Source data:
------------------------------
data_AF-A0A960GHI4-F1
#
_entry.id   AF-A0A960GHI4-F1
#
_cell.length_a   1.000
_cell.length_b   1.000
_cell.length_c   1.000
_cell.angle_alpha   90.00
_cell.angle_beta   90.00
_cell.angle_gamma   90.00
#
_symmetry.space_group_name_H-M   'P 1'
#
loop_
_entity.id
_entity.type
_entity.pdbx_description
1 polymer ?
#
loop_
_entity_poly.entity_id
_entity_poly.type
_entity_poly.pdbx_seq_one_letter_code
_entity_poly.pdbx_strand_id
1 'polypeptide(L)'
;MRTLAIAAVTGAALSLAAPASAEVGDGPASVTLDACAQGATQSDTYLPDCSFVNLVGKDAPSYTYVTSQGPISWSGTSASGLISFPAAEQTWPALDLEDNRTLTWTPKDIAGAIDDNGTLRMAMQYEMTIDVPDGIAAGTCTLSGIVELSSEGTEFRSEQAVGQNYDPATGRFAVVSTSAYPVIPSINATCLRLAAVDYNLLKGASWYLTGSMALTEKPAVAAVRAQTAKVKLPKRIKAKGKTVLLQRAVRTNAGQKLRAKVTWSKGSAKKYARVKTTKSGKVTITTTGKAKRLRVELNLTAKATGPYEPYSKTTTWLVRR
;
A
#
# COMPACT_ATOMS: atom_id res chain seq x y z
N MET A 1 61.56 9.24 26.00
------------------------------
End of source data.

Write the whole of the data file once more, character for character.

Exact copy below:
data_AF-A0A960GHI4-F1
#
_entry.id   AF-A0A960GHI4-F1
#
_cell.length_a   1.000
_cell.length_b   1.000
_cell.length_c   1.000
_cell.angle_alpha   90.00
_cell.angle_beta   90.00
_cell.angle_gamma   90.00
#
_symmetry.space_group_name_H-M   'P 1'
#
loop_
_entity.id
_entity.type
_entity.pdbx_description
1 polymer ?
#
loop_
_entity_poly.entity_id
_entity_poly.type
_entity_poly.pdbx_seq_one_letter_code
_entity_poly.pdbx_strand_id
1 'polypeptide(L)'
;MRTLAIAAVTGAALSLAAPASAEVGDGPASVTLDACAQGATQSDTYLPDCSFVNLVGKDAPSYTYVTSQGPISWSGTSASGLISFPAAEQTWPALDLEDNRTLTWTPKDIAGAIDDNGTLRMAMQYEMTIDVPDGIAAGTCTLSGIVELSSEGTEFRSEQAVGQNYDPATGRFAVVSTSAYPVIPSINATCLRLAAVDYNLLKGASWYLTGSMALTEKPAVAAVRAQTAKVKLPKRIKAKGKTVLLQRAVRTNAGQKLRAKVTWSKGSAKKYARVKTTKSGKVTITTTGKAKRLRVELNLTAKATGPYEPYSKTTTWLVRR
;
A
#
# COMPACT_ATOMS: atom_id res chain seq x y z
N MET A 1 61.56 9.24 26.00